President Trump will nominate a former congresswoman and veteran who served on the National Security Council during President George H.W. Bush’s administration to be his Air Force secretary, the White House said Monday.
Former representative Heather A. Wilson (R-N.M.) is currently the president of the South Dakota School of Mines and Technology, a science and engineering university in Rapid City, S.D. She was the first female veteran elected to a full term in Congress, and left the House in 2009 after a failed primary run for the Senate seat now held by Sen. Tom Udall (D-N.M.). She served in the Air Force in the 1980s after graduating from the Air Force Academy in Colorado Springs, Colo., leaving as a captain. She also was a Rhodes Scholar.
“Heather Wilson is going to make an outstanding Secretary of the Air Force,” Trump said in a statement. “Her distinguished military service, high level of knowledge, and success in so many different fields gives me great confidence that she will lead our nation’s Air Force with the greatest competence and integrity.”
Wilson, 56, said in the same statement that U.S. interests continue to be threatened, and that she will “do my best, working with our men and women in the military, to strengthen American air and space power to keep the country safe.”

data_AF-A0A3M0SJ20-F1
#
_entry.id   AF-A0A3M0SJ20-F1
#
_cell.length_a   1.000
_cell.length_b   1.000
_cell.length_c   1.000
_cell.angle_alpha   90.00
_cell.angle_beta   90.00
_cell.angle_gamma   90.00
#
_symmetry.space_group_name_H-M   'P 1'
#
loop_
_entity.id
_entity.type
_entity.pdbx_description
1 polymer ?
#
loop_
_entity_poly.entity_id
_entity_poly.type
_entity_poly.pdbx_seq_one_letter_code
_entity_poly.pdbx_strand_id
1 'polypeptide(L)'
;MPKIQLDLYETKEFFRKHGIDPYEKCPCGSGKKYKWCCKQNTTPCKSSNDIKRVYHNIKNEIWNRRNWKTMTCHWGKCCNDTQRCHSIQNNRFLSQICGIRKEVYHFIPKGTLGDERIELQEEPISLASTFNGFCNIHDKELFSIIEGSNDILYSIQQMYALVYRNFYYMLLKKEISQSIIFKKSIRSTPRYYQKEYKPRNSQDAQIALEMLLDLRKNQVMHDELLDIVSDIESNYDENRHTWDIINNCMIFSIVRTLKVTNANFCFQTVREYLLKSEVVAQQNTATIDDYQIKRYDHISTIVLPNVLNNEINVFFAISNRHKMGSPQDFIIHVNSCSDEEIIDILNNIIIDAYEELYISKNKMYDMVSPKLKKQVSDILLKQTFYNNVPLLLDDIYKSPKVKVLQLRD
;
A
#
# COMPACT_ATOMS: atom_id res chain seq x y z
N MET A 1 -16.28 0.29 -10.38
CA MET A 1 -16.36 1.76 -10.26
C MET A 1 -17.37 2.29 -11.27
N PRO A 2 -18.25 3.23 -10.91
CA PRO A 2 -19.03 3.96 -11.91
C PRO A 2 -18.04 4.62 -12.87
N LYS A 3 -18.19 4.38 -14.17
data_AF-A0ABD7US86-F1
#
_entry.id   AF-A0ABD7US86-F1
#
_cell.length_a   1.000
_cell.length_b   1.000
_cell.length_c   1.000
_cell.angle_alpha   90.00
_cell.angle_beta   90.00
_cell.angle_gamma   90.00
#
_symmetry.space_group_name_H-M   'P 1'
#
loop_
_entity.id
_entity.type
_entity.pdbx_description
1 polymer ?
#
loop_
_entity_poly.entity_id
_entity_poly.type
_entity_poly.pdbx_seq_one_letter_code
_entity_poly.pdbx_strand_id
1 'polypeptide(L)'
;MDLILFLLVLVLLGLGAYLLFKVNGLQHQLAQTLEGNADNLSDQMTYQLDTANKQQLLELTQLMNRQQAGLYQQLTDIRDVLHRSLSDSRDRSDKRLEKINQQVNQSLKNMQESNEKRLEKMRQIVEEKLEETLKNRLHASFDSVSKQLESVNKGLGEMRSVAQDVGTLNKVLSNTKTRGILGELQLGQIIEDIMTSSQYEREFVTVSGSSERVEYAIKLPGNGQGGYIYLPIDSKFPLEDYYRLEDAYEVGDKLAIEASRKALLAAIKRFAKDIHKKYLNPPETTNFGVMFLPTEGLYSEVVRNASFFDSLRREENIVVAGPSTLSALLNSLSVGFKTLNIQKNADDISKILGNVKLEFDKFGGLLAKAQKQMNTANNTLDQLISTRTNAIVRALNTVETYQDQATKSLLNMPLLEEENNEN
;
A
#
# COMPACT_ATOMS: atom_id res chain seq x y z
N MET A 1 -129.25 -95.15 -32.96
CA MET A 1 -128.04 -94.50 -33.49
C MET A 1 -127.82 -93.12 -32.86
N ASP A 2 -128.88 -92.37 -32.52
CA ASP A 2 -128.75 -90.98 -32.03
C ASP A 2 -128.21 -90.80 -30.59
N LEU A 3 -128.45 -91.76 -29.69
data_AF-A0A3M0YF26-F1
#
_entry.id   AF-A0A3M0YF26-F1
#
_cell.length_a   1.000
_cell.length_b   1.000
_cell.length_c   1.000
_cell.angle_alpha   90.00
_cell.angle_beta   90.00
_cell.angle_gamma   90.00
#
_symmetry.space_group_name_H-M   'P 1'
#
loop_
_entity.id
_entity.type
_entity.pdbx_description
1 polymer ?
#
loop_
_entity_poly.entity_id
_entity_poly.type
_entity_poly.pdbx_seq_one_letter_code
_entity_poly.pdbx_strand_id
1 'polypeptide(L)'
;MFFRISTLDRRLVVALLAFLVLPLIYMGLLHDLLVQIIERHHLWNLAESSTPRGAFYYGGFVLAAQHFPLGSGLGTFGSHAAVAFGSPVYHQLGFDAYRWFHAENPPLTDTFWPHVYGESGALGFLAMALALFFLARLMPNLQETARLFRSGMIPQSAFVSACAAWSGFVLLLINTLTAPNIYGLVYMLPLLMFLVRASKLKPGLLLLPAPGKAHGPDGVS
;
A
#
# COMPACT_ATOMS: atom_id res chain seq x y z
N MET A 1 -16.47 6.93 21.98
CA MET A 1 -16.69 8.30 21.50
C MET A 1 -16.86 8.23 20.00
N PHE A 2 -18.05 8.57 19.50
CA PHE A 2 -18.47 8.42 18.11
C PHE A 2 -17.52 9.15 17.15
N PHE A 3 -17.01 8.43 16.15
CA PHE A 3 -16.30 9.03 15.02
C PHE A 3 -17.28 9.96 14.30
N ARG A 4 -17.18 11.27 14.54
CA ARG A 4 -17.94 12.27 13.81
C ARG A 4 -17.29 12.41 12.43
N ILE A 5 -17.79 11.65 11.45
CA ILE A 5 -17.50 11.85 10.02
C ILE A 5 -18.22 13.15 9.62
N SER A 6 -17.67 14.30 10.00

In Congress, Wilson served on the House Permanent Select Committee on Intelligence and the House Armed Services Committee. She was seen as a staunch conservative but broke with her party on a few occasions, such as when she criticized Defense Secretary Donald H. Rumsfeld in 2004 about the damage caused by the Abu Ghraib scandal, in which U.S. soldiers were depicted abusing inmates at the Iraqi prison.
“I don’t think we can underestimate the importance of this hearing today or of the military and the Defense Department’s response to what has been uncovered for how America will be perceived for the next 20 years,” Wilson said at the time, comparing the damage the case could cause to the mass killing of civilians by U.S. troops in the Vietnamese village of My Lai in 1968.
Wilson told Roll Call newspaper in a 2013 after a second failed campaign for the Senate that she was most likely done running for office.
“I’m moving on to other things, most likely higher education,” she said. “I’ll probably also likely serve on some corporate boards.”
Like several of Trump’s other nominees, Wilson has ties to private industry, including defense firms. She has been a senior adviser to several companies, including Battelle, Sandia, Los Alamos, the Nevada Test Site and Oak Ridge Laboratories. After leaving the military she founded Keystone International, which focuses on organizational development, project management and technical support services.
This story has been corrected to note that Wilson left Congress in 2009.